Historical records show the U.S. West Coast exhibits a wide range of extreme precipitation during the winter (December-February). Understanding the large-scale environmental influences—or forcing—that contribute to this variability is important for improving predictions of regional climate. Scientists at the U.S. Department of Energy’s Pacific Northwest National Laboratory led a study to investigate the relative contributions of sea surface temperature (SST) and atmospheric dynamics to the year-to-year variability of extreme precipitation over the U.S. West Coast. They found that SST forcing accounted for only about 20 percent of the variances of winter extreme precipitation. The remaining 80 percent of extreme precipitation variations were associated with atmospheric dynamics, which are harder to predict than the slowly evolving SST.
Extreme precipitation poses significant risks to human life and property, and challenges water management by causing flooding, landslides, and related hazards. Along the U.S. West Coast, extreme precipitation is marked by significant variability that is not fully understood or adequately simulated by models. This study ruled out SST forcing in favor of difficult-to-predict atmospheric variability as the primary influence on year-to-year winter extreme precipitation along the U.S. West Coast. Applied to the winter of 2016-17, the results suggest limited predictability for the multiple landfalling atmospheric rivers and the extreme precipitation that battered California.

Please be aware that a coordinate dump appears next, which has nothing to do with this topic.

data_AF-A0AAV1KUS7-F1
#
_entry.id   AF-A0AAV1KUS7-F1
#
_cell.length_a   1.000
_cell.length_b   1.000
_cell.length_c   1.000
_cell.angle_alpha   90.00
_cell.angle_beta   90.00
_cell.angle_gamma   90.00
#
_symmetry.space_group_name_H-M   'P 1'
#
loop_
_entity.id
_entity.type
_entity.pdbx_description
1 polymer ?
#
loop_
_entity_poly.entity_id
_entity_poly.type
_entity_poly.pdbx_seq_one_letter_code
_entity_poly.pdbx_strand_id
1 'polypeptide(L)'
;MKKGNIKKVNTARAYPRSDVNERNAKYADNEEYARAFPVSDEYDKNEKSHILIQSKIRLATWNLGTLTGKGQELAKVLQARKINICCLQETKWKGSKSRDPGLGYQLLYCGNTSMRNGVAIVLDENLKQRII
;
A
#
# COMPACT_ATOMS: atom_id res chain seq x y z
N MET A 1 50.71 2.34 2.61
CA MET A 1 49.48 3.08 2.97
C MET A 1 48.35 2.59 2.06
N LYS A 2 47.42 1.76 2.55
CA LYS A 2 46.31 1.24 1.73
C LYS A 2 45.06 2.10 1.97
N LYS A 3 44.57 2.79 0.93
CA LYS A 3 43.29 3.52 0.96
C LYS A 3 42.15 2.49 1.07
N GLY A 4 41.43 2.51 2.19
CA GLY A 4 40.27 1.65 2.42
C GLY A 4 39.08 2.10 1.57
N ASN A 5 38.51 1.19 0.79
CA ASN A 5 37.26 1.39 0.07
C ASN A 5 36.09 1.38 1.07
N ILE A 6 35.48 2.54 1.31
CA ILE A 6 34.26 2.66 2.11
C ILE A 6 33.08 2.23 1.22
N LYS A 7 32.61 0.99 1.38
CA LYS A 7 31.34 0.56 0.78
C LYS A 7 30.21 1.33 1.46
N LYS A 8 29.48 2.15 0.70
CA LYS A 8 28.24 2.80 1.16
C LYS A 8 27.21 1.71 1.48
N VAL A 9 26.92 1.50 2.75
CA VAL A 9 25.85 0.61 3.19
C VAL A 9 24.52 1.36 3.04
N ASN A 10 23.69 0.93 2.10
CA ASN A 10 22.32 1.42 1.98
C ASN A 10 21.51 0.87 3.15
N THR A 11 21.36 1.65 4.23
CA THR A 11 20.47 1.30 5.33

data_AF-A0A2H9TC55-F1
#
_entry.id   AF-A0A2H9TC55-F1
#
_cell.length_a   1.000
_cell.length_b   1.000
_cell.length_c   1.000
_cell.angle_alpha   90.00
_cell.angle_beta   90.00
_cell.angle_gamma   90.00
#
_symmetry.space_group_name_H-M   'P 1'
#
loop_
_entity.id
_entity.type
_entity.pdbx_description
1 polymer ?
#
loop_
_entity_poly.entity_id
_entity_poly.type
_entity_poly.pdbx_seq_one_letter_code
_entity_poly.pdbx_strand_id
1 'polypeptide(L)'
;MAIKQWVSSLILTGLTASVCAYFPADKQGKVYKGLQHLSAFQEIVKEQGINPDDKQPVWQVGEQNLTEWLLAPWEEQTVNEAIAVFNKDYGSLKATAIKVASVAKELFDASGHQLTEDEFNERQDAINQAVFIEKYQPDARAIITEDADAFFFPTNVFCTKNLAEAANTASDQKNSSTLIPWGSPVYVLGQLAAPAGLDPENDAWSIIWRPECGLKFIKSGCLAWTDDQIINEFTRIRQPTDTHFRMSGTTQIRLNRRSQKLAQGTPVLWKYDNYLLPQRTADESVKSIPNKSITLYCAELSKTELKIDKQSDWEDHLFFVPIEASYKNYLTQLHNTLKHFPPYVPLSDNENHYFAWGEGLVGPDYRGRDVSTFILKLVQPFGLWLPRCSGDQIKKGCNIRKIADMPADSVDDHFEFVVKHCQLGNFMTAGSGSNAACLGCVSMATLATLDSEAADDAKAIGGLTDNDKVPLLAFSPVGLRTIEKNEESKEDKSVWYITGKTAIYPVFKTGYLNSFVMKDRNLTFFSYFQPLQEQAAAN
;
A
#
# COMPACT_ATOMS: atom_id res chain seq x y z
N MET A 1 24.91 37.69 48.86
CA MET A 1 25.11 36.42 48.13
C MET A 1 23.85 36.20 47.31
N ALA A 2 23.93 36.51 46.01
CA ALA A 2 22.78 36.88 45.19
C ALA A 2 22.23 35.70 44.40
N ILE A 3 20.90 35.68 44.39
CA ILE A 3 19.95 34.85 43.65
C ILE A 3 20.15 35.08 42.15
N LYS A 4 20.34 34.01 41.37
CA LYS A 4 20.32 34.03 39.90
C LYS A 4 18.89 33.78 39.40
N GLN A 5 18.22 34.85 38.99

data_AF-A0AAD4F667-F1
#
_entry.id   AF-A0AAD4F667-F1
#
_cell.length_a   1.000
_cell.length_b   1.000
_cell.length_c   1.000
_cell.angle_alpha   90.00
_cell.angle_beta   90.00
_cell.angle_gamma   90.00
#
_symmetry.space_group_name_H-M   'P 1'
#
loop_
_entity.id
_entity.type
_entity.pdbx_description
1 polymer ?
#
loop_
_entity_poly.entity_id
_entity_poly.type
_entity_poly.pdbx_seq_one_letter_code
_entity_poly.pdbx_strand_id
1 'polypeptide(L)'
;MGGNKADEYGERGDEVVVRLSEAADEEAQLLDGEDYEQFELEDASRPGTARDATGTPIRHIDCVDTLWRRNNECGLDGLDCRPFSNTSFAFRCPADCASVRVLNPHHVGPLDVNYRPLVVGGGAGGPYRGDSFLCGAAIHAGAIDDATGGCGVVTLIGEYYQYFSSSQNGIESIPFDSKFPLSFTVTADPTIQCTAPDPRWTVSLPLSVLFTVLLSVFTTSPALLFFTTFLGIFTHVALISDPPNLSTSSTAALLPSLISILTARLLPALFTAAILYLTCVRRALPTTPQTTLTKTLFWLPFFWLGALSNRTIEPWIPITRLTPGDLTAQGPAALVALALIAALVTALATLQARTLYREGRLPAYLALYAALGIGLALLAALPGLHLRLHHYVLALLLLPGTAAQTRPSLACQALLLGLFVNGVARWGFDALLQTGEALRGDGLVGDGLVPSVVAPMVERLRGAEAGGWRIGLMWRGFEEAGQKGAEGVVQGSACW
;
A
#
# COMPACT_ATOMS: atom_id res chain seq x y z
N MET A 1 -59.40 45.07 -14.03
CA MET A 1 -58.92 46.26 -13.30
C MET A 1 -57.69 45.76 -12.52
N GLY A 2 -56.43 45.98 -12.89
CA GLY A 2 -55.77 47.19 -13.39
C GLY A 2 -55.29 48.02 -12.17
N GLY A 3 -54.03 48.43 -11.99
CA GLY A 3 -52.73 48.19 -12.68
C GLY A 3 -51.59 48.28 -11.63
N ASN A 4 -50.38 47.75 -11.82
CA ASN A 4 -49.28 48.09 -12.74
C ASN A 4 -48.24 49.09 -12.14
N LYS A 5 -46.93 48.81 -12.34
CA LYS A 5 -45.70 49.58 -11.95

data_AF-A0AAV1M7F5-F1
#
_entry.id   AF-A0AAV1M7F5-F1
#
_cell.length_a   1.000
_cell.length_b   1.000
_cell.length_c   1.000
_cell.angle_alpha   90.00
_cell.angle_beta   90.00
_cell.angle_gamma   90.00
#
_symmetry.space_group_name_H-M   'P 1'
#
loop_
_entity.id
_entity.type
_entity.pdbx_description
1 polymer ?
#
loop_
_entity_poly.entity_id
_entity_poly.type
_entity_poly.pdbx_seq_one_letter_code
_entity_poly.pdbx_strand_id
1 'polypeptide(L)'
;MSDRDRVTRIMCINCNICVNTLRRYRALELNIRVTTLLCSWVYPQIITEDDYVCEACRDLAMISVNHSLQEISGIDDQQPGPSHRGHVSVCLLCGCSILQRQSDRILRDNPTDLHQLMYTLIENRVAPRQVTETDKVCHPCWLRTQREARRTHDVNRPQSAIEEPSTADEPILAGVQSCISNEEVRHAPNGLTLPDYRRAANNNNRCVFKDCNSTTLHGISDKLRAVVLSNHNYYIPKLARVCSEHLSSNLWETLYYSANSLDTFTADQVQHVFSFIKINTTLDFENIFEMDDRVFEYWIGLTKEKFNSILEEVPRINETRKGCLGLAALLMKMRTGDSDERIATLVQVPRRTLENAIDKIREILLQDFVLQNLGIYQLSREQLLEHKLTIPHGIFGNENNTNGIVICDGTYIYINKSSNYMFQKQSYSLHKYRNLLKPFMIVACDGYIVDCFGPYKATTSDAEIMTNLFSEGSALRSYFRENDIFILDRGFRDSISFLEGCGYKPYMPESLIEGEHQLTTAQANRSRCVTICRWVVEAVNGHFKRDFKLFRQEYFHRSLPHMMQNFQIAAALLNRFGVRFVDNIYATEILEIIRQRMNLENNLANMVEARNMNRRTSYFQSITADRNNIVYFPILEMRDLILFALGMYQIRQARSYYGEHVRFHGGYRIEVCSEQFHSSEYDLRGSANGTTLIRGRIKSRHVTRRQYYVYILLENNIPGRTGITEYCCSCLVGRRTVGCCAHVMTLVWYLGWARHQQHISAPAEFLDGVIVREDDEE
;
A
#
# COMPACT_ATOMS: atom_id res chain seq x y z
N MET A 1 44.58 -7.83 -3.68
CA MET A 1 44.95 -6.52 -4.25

To explore the relative roles of SST forcing versus atmospheric variability in the year-to-year variation of winter extreme precipitation along the U.S. West Coast, researchers analyzed observations, reanalysis products, and 54 Atmospheric Model Intercomparison Project (AMIP) runs from the Coupled Model Intercomparison Project version 5 archive. Focusing on the large-scale environment favoring extreme precipitation, researchers found that SST forcing only accounted for about 20 percent of the variances of winter extreme and non-extreme precipitation. Under SST forcing, extreme precipitation was associated with the Pacific-North American teleconnection, one of the most recognized atmospheric teleconnections in the Northern Hemisphere and responsible for large cyclonic circulation over the North Pacific. Meanwhile, non-extreme precipitation was associated with the North Pacific Oscillation, a northeast-southwest seesaw pattern of sea level pressure in the North Pacific.
On the other hand, atmospheric variability was shown to dominate the variability of winter extreme precipitation, featuring a circumglobal waveguide pattern. This quasi-stationary wave feature reflects the intrinsic variability of the mid- to high-latitude atmosphere and it can interact with above- or below-normal convection over the tropical western Pacific. Whether forced by SST or atmospheric dynamics, this study identified atmospheric rivers as a common and indispensable feature of the large-scale environment, enhancing water vapor transport that produces concomitant extreme precipitation along the U.S. West Coast.
Researchers applied their findings to the winter of 2016-17 when multiple atmospheric rivers made landfall in California, causing record extreme precipitation. The results suggested those record conditions were more likely the result of atmospheric variability associated with anomalous convection over the Maritime Continent rather than tropical SST forcing. Overall, the study points to the challenge of predicting extreme precipitation in the U.S. West Coast because SST, which changes slowly over time and is, therefore, more predictable, plays a relatively minor role compared to atmospheric variability.